std::shared_ptr<ValueImpl>* m_opaque_sp;

And allocate in the constructor / copy constructor, delete in the
destructor. Then you change every occurrence of m_opaque_sp-> to
(*m_opaque_sp)->

No, I don't think we should do that either. It just adds ugly boiler plate and the chance for error, and doesn't solve any actual problems.

Jim

Greg's suggestion will still generate the warnings (at least in MSVC),
for the simple fact that the shared_ptr<> etc is declared as a
stack-based class member. But if it's guaranteed that these methods
aren't publicly accessible, then suppressing the warning is probably
fine.

I'm a Windows person, so I don't have the means to easily test this
kind of change on Mac OSX. Does Mac OSX use the cmake build? If so,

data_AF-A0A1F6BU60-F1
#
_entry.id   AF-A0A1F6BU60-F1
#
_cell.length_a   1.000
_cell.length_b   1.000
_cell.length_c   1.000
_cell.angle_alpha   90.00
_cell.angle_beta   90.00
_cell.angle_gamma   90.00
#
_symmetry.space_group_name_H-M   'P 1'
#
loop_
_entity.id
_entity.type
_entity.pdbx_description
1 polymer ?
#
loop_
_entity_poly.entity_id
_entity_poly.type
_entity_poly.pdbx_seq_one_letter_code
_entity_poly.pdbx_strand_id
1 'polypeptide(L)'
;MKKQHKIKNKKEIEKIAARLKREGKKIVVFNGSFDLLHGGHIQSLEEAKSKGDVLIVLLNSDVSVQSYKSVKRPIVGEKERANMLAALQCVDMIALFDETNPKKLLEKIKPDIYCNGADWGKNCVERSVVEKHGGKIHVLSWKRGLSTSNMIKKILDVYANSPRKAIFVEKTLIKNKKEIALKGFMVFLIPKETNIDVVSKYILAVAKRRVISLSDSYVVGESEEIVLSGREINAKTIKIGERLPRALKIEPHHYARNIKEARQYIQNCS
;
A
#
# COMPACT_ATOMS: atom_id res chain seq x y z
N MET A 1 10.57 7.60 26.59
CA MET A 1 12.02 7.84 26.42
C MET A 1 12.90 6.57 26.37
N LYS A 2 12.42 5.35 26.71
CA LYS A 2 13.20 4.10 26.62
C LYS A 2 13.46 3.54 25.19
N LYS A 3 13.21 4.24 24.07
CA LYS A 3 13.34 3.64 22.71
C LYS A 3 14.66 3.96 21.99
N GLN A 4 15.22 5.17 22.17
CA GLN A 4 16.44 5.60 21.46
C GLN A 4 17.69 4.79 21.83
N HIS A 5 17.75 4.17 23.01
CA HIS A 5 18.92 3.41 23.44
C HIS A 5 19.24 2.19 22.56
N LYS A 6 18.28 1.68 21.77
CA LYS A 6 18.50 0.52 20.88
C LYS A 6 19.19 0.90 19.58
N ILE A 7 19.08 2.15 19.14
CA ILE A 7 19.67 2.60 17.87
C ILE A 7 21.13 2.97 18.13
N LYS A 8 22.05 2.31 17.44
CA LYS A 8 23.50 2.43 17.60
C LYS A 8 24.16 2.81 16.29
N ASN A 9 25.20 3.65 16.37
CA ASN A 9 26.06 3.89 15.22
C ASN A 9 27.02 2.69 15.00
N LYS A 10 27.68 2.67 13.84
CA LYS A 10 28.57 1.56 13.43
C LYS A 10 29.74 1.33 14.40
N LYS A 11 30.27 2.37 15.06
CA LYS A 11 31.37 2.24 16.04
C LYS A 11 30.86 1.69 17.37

does this mean I only need to define LLDB_PRIVATE in the cmake file
and can assume it will work on the Mac build? Or is there more
involved?

Does Mac OSX use the cmake build?

Not really. The Xcode lldb-tool build is the canonical MacOSX build. It builds with cmake but IIRC many (most?) of the tests fail with that build.

Hmm, I see. Complete Mac noobie here, is it possible to make these changes without Xcode? I looked at lldb.xcodeproj, and it’s harder to read than a Visual Studio .vcxproj file, so I assume this isn’t intended to be hand-edited.

Would it be sufficient to make my condition something like

#if defined(LLDB_API_INTERNAL) || defined(MAC_OSX)

submit it this way, and then let a mac person make the necessary changes to the Xcode build?

Disregard the above message, I got it done with no private define as discussed, so hopefully the patch I’ve uploaded is a better solution. If the methods and classes aren’t intended to be used externally anyway, then there’s no reason to even have them be part of the public interface to begin with, so I just made them all private.